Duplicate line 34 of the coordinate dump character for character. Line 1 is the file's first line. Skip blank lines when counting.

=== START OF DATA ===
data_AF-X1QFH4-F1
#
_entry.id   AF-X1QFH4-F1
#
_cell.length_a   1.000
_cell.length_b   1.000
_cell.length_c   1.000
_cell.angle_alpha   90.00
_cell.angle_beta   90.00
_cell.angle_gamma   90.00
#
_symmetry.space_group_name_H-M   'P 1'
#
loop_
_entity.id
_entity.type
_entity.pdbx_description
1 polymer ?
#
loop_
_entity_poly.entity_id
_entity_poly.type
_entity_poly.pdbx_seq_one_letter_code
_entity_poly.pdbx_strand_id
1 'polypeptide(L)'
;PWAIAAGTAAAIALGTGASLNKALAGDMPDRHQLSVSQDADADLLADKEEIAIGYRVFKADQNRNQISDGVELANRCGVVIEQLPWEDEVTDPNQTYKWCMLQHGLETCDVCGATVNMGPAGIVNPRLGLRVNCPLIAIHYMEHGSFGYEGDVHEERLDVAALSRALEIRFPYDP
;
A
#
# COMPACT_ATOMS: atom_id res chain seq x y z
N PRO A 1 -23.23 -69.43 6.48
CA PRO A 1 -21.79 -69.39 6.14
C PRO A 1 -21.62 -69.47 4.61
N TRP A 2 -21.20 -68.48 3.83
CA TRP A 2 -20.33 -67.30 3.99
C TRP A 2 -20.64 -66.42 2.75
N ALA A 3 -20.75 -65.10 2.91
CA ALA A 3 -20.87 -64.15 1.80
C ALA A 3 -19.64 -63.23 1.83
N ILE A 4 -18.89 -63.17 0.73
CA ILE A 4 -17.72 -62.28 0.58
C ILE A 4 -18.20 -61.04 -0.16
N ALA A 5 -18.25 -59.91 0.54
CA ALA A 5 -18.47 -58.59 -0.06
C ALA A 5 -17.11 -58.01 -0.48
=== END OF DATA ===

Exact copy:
N TRP A 2 -21.20 -68.48 3.83